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Category:    Home > Reviews > Drama > Action > War > Cable TV > Mini-Series > Spartacus: Gods Of The Arena (2011/Anchor Bay Blu-ray)

Spartacus: Gods Of The Arena (2011/Anchor Bay Blu-ray)


Picture: B     Sound: B     Extras: B+     Episodes: B



What do you do when the main star of your talked-about cable TV series contracts non-Hodgkin Lymphoma?  The creators of Spartacus: Blood and Sand faced this terrible question when lead actor Andy Whitfield received his diagnosis.  This delayed season two of the show, and prompted creator Steven S. DeKnight to conceive of a six-part prequel series, Spartacus: Gods of the Arena.  In the meantime, Mr. Whitfield seemed to respond well to his treatment, but then tragically succumbed to the cancer in September 2011. 


Gods of the Arena relates the events that led up to Spartacus’ arrival on the scene.  Gladiator lanista (the owner and manager) Batiatus (John Hannah) and his wife Lucretia (Lucy Lawless) find themselves struggling to gain power and position in the games at Capua.  Batiatus owns a burgeoning stable of skilled and deadly warriors, but he lacks the political connections to get them on the sand for the sort of prestigious matches that will spark a rise to fame and fortune.  With his ailing father convalescing in Sicily, Batiatus attempts to curry favor with an unscrupulous crime lord named Tullius (Stephen Lovatt).  Brilliantly played by Mr. Lovatt, the vicious Tullius seems to only have eyes for Batiatus’ greatest gladiator, the skillful but reckless Gannicus (Dustin Clare). 


When Batiatus spurns Tullius’ offer to buy Gannicus for placement into another lanista’s stable, violence ensues.  Beaten to within an inch of his life by Tullius and his thugs, Batiatus swears revenge.  When his disapproving father, Titus (Jeffrey Thomas) returns, things grow even more complicated.  A frenetic blend of incredible violence, harsh language, sex, and soap opera like plot twists, Gods of the Arena provides engrossing entertainment.  Scenes of extreme violence and wanton debauchery are often juxtaposed and viewers are constantly reminded of the abject cruelty of the Roman slave owners toward fellow human beings who are little more than property.  In spite of this owner-slave relationship, some of the house servants and the gladiators seem maddeningly content with their lot.  The sort of rebellion that will come at the end of Blood and Sand exists only in hints and throwaway lines like those uttered by Batiatus when reviewing a group of slaves: “Not him, he’s a Thracian, they’re trouble.”  Trouble indeed, for you, Spartacus himself was a Thracian.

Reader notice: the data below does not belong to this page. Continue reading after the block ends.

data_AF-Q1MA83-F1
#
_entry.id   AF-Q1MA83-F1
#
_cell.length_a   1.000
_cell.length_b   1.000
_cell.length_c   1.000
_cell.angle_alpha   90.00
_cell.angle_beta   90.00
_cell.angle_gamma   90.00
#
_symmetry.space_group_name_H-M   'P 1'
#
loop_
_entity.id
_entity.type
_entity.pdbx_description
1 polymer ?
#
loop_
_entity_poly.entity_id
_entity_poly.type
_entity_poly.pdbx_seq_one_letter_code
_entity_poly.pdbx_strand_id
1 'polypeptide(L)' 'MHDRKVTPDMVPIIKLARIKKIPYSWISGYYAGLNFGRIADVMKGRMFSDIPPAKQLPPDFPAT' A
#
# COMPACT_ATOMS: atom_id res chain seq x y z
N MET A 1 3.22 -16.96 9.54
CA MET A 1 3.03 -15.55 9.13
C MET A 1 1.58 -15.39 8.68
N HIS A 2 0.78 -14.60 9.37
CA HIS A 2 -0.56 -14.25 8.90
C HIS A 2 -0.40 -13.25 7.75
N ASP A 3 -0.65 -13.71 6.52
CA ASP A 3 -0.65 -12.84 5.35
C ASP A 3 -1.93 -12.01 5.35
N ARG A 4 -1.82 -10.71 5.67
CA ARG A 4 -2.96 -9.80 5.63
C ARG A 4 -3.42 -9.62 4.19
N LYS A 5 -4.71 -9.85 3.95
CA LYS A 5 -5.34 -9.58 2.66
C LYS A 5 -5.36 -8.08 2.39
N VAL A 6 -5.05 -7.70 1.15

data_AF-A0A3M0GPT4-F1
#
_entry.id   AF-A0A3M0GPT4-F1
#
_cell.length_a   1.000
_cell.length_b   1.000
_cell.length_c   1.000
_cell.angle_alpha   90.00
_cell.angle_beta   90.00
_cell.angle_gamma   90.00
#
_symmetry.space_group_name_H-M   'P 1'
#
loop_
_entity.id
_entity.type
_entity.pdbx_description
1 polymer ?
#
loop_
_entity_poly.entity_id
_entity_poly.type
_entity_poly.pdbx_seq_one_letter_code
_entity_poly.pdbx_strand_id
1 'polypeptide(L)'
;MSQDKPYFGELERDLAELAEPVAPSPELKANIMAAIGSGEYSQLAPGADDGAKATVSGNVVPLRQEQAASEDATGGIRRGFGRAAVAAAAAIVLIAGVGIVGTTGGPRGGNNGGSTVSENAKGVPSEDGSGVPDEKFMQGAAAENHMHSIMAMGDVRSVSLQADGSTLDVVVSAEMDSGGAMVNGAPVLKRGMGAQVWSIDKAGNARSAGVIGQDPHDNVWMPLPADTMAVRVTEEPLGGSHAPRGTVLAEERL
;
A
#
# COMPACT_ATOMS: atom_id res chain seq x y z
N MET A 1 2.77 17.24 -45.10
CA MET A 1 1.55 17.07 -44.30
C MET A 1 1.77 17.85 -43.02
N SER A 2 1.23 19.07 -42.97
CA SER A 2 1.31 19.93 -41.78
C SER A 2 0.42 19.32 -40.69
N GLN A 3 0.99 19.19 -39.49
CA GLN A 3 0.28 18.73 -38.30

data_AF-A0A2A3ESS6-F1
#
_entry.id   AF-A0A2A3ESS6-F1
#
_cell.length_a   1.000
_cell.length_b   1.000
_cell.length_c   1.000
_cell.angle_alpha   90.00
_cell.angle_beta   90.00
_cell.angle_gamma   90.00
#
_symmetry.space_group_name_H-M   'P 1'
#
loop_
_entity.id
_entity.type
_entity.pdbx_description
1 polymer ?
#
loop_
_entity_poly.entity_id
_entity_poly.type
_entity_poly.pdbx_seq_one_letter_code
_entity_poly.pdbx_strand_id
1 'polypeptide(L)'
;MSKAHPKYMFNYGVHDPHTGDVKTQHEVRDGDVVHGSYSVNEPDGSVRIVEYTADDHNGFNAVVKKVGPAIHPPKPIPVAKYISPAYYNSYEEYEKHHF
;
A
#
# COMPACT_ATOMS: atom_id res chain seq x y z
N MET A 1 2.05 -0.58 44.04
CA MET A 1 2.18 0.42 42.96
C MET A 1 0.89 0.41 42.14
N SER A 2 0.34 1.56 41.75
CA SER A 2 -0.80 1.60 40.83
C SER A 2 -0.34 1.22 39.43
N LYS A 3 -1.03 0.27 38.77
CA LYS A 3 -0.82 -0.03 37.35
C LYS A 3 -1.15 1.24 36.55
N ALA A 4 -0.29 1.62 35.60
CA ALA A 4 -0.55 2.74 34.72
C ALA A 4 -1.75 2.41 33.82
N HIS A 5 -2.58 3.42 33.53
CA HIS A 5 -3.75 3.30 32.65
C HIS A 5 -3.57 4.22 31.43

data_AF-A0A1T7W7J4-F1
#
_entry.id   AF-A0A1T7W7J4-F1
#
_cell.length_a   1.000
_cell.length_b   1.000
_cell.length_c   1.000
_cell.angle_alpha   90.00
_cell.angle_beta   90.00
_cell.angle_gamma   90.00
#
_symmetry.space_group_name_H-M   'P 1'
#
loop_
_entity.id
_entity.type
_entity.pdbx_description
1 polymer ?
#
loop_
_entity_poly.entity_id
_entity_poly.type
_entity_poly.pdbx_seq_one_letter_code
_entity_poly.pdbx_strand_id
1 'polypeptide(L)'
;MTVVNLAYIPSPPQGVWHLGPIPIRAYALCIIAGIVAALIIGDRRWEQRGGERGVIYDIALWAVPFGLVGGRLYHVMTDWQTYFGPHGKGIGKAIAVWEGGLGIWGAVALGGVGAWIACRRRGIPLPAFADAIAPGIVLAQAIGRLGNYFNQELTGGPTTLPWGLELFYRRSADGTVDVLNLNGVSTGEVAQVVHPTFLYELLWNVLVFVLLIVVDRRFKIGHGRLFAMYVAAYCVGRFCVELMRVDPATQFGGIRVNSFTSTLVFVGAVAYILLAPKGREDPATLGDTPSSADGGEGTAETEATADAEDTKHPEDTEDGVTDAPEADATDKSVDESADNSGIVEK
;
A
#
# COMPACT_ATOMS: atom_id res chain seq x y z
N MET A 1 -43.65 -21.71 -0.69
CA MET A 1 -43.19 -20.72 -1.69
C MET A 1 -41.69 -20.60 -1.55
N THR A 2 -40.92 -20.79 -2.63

Dustin Clare’s Gannicus does well as the handsome hero in Mr. Whitfield’s absence, but he is no leader of men, but rather a directionless marauder seeking only to live through his next day and enjoy what pleasures he earns from bloody victories.  These six episodes really belong to Ms. Lawless and Mr. Hannah.  After all, the series opens with their deaths, and closes with their ascendancy to the pinnacle of the Capuan gladiatorial games.  Plentiful extras help to make this two disc set a winner with a terrific 1.78 X 1 1080p HD picture, impressive Dolby TrueHD 5.1 mix on every episode, and include featurettes on the making of the series, the weapons used by the gladiators, the training involved to get the actors ready for the physical rigors of their roles, bloopers of the arena, a look at day of filming with Lucy Lawless, and more. 


Gods of the Arena delivers plenty of entertainment value, but the violence and sex will not be for the timid.  Sex, violence, and extreme cruelty were no doubt part of the real-world lives of ancient Romans, and if the creators take a bit of cinematic license with some over-the-top action in the series, so be it.  The end result will leave audiences wanting more. It’s just a shame Andy Whitfield cannot be with us to share more of what the show’s creators had in mind for Spartacus.



-   Scott Pyle


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